24 Retrospective: Ranking All of Jack Bauer’s Seasons & Specials

Did you think you saw the last of me? Nope, like 24, I’m back. Aside from reviewing 24: Legacy, the point of this retrospective, I have another job to do.

Favoring one season over another is often arbitrary. Many times there isn’t any real distinction between entire seasons, unless each has new a supervillain or something. You could call Jack Bauer a superhero, though I think that’s somewhat insulting. He’s a legend. And even more than those shows, each season of 24 is unique. They take place on individual days with different threats. I could be lazy and say they’re actually all the same, and sure, they all share common plot elements. Jack’s superiors have to pursue him every season. But some seasons are just better than others.

I had a good idea of what my rankings were before I started this, but I’ve been changing my mind for a while now. I’ve been dreading this list to a certain degree. I guess I should just get it over with and then clarify my rankings.

1. Day 5

2. Day 1

3. Day 2

4. Day 3

5. Day 9 AKA 24: Live Another Day

6. Day 4

7. 24: Redemption

8. Day 6

9. Day 7

10. Day 8

This list is based on how well-written and how exciting each season (and the TV movie) is. If I’m talking about which I enjoyed the most, Day 5 is still at the top, but Day 2 and Day 3 are above Day 1, and it’s a toss up between Day 4 and Day 9. I acknowledge that I skipped over Kim’s drug bust in my Day 1 piece. It’s kind of tied to the amnesia subplot, though much more forgivable. And Day 1 still contains fewer Kim Bauer Moments than Day 2.

I suppose Day 3 has fewer than Day 2, definitely a lot less literal ones. But most of Day 3’s soapy moments focus on President Palmer and they’re a huge downgrade from his Day 2 storyline. And it ends his time as President on a bad note. Day 9, while benefiting from an absence of filler, has the disadvantage of being last. It’s not as exciting, since we’ve seen the tricks before.

The ordering of the bottom three on the list was really difficult for me. They’re all incredibly weak, compared to the others. Their exact placement is not so important. It’s clear that the show was the best during its first five seasons, and if you stopped after Day 5 I don’t blame you.

Before I leave, let’s look at some final statistics and whatnot.

Jack’s Total Onscreen Kills: 309

The new guy has a long way to go catch up. Note that Day 1 and Day 9 are the only seasons where Jack doesn’t break someone’s neck. He does so even in Redemption.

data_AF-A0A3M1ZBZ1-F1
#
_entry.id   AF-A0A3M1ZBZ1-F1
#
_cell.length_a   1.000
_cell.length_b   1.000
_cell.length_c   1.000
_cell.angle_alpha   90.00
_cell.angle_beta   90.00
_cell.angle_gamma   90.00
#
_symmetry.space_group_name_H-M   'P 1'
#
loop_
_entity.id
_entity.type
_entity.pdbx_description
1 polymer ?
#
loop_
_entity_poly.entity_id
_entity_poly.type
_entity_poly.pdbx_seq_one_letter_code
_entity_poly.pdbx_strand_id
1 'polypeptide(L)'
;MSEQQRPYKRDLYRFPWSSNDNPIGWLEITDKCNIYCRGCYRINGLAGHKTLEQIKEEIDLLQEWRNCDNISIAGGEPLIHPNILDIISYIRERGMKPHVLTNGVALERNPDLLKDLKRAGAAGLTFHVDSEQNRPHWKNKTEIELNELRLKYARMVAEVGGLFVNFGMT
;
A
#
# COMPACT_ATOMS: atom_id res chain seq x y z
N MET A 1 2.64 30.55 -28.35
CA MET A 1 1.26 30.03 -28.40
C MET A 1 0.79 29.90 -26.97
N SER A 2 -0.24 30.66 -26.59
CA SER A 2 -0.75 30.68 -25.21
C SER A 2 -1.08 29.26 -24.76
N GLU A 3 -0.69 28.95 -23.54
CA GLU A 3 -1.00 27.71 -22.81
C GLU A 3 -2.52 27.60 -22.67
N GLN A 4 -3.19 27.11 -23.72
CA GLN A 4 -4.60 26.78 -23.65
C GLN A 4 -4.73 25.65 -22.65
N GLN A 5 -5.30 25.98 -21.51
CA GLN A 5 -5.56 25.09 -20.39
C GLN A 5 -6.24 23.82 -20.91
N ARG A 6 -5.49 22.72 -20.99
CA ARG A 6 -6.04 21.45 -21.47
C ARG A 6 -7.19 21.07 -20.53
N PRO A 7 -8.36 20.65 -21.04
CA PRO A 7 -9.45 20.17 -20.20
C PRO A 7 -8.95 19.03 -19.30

Total “Damn It” Count: 145

This includes five instances of Jack saying, “Damn it, Tony.” That’s the most for any character. Characters other than Jack use his catchphrase a lot too, but as you can see above, Jack says as if it were breathing.

Fun Facts (shoutout to Wiki 24 again):

  • Xander Berkeley and Sarah Clarke, who played George Mason and Nina Meyers, got married after meeting during the first season. To get a genuine reaction when whispering something into her ear for a scene, Kiefer supposedly surprised Sarah and said, “Sarah, I love you. Why did you marry Xander?”
  • Someone shoots Curtis Manning in every season he appears in.
  • Actors on 24, such as Carlos Bernard and Reiko Aylesworth, were pretty good at convincing the writers to reconsider killing them. The writers also extended roles, as was the case with Arnold Vosloo and Sean Astin. Vosloo, in particular, impressed the producers as Habib Marwan.
  • The Day 1 and Day 2 premieres both feature a character asking Jack if he’s out of his mind after he shoots someone. In Day 2, George Mason is the one asking. Jack shoots him with a tranquilizer in the Day 1 premiere.

In conclusion, I realize 24 isn’t the perfect show. There’s an absurdity to it. And its track record when addressing politics is mixed (though you should generally take a message from art/entertainment with a grain of salt). But I’ll always love 24. I’ll always love the real time format, the splitscreens, the Silent Clocks, etc. It’s still the best thriller to come out of broadcast TV.

I hope you’ve enjoyed my 24 Retrospective, whether you’ve watched the show or not. I’ll return for 24: Legacy. Here’s hoping the game and premiere are entertaining.

24: LEGACY DEBUTS AFTER THE SUPER BOWL ON FOX

Aaron Sarnecky is The Pop Break’s Television Editor and covers Marvel’s Agents of S.H.I.E.L.D., among other things. He is a TV/Film grad of Rowan University and the fraternal twin of staff writer Josh Sarnecky. He probably remembers that show you forgot existed.